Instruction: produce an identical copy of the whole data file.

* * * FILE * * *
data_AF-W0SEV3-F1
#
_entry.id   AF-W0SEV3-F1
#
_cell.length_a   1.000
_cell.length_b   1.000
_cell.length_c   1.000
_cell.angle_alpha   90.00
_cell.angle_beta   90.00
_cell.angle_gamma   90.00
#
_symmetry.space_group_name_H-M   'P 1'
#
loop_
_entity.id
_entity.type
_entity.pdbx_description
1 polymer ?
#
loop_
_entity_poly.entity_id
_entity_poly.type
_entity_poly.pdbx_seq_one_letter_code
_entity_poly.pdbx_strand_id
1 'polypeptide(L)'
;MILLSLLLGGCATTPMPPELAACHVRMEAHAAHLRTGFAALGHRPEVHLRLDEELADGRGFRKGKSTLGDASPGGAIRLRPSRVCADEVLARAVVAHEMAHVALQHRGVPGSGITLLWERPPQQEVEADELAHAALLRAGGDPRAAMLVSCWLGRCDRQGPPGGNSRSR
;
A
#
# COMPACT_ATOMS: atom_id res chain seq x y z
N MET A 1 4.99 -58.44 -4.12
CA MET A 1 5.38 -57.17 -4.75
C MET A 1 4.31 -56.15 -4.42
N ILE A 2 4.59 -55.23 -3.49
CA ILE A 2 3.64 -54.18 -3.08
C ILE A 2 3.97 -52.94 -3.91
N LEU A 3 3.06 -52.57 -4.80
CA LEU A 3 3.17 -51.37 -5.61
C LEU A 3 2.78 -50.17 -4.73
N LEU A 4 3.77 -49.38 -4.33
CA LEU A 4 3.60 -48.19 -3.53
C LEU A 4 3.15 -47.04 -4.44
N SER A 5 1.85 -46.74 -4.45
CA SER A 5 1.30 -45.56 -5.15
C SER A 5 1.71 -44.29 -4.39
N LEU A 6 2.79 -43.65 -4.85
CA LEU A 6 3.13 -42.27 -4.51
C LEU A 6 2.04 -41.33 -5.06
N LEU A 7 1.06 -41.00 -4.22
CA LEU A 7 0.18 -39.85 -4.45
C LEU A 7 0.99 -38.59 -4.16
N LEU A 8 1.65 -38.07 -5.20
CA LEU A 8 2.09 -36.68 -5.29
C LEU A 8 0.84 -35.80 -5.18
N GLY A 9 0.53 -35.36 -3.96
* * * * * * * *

data_AF-W0SEV3-F1
#
_entry.id   AF-W0SEV3-F1
#
_cell.length_a   1.000
_cell.length_b   1.000
_cell.length_c   1.000
_cell.angle_alpha   90.00
_cell.angle_beta   90.00
_cell.angle_gamma   90.00
#
_symmetry.space_group_name_H-M   'P 1'
#
loop_
_entity.id
_entity.type
_entity.pdbx_description
1 polymer ?
#
loop_
_entity_poly.entity_id
_entity_poly.type
_entity_poly.pdbx_seq_one_letter_code
_entity_poly.pdbx_strand_id
1 'polypeptide(L)'
;MILLSLLLGGCATTPMPPELAACHVRMEAHAAHLRTGFAALGHRPEVHLRLDEELADGRGFRKGKSTLGDASPGGAIRLRPSRVCADEVLARAVVAHEMAHVALQHRGVPGSGITLLWERPPQQEVEADELAHAALLRAGGDPRAAMLVSCWLGRCDRQGPPGGNSRSR
;
A
#
# COMPACT_ATOMS: atom_id res chain seq x y z
N MET A 1 4.99 -58.44 -4.12
CA MET A 1 5.38 -57.17 -4.75
C MET A 1 4.31 -56.15 -4.42
N ILE A 2 4.59 -55.23 -3.49
CA ILE A 2 3.64 -54.18 -3.08
C ILE A 2 3.97 -52.94 -3.91
N LEU A 3 3.06 -52.57 -4.80
CA LEU A 3 3.17 -51.37 -5.61
C LEU A 3 2.78 -50.17 -4.73
N LEU A 4 3.77 -49.38 -4.33
CA LEU A 4 3.60 -48.19 -3.53
C LEU A 4 3.15 -47.04 -4.44
N SER A 5 1.85 -46.74 -4.45
CA SER A 5 1.30 -45.56 -5.15
C SER A 5 1.71 -44.29 -4.39
N LEU A 6 2.79 -43.65 -4.85
CA LEU A 6 3.13 -42.27 -4.51
C LEU A 6 2.04 -41.33 -5.06
N LEU A 7 1.06 -41.00 -4.22
CA LEU A 7 0.18 -39.85 -4.45
C LEU A 7 0.99 -38.59 -4.16
N LEU A 8 1.65 -38.07 -5.20
CA LEU A 8 2.09 -36.68 -5.29
C LEU A 8 0.84 -35.80 -5.18
N GLY A 9 0.53 -35.36 -3.96